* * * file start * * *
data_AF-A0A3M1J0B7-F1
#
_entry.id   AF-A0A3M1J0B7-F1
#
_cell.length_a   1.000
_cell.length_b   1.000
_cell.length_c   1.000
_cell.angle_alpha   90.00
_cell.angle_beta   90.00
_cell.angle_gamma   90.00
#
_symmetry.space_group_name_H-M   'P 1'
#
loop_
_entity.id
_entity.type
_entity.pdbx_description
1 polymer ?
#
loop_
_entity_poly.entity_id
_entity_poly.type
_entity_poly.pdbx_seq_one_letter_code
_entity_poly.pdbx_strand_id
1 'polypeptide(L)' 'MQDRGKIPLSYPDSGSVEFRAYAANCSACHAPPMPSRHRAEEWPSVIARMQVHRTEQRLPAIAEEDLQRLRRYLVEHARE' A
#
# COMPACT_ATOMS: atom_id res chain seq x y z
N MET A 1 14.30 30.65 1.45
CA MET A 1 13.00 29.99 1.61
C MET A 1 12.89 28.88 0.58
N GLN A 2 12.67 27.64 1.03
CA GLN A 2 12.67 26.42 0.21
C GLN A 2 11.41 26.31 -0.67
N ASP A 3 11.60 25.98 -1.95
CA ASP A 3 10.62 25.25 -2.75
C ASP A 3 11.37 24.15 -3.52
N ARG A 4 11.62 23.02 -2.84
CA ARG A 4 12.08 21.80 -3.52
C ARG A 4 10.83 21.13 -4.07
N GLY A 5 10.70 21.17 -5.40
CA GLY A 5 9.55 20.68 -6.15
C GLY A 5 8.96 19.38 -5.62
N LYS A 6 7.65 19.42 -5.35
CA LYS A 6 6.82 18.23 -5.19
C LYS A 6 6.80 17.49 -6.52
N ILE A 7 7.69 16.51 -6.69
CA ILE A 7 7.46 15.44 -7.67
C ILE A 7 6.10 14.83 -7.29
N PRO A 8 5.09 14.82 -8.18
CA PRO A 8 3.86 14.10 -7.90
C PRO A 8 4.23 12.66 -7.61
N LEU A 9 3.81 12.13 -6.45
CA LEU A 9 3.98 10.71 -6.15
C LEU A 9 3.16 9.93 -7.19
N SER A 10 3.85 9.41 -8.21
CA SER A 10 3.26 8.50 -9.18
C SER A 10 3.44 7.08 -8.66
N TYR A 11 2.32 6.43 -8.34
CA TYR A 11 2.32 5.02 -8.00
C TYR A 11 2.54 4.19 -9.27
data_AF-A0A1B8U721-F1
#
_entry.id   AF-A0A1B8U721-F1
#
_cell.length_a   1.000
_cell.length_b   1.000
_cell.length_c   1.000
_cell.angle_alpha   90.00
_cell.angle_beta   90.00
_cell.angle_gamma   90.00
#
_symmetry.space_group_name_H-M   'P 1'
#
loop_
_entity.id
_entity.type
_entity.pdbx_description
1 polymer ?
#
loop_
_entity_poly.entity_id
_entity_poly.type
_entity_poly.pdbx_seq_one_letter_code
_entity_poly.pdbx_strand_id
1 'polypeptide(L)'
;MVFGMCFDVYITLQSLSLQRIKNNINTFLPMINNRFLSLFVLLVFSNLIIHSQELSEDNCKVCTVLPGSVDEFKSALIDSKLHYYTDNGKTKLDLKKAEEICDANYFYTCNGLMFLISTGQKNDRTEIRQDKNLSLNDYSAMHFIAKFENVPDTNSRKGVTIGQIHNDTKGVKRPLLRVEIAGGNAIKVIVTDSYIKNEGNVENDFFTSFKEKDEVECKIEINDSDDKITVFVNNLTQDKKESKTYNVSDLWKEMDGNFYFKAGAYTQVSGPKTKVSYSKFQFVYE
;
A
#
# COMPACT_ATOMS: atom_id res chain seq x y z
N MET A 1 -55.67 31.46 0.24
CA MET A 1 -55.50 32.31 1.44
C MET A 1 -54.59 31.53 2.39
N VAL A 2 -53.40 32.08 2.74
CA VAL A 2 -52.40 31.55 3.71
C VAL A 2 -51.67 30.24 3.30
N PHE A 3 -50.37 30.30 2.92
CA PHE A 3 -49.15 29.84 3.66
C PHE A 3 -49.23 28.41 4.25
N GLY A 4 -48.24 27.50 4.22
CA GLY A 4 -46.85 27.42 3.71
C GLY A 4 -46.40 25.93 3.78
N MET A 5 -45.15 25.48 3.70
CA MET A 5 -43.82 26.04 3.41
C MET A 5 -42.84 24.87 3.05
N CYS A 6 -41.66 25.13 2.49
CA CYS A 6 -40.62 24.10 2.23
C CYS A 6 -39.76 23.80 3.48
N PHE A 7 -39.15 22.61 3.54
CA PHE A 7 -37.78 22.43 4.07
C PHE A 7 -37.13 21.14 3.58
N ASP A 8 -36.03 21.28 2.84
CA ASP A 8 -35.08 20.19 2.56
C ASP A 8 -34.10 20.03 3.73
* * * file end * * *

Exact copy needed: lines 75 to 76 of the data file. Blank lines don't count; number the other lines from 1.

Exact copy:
_entity.id
_entity.type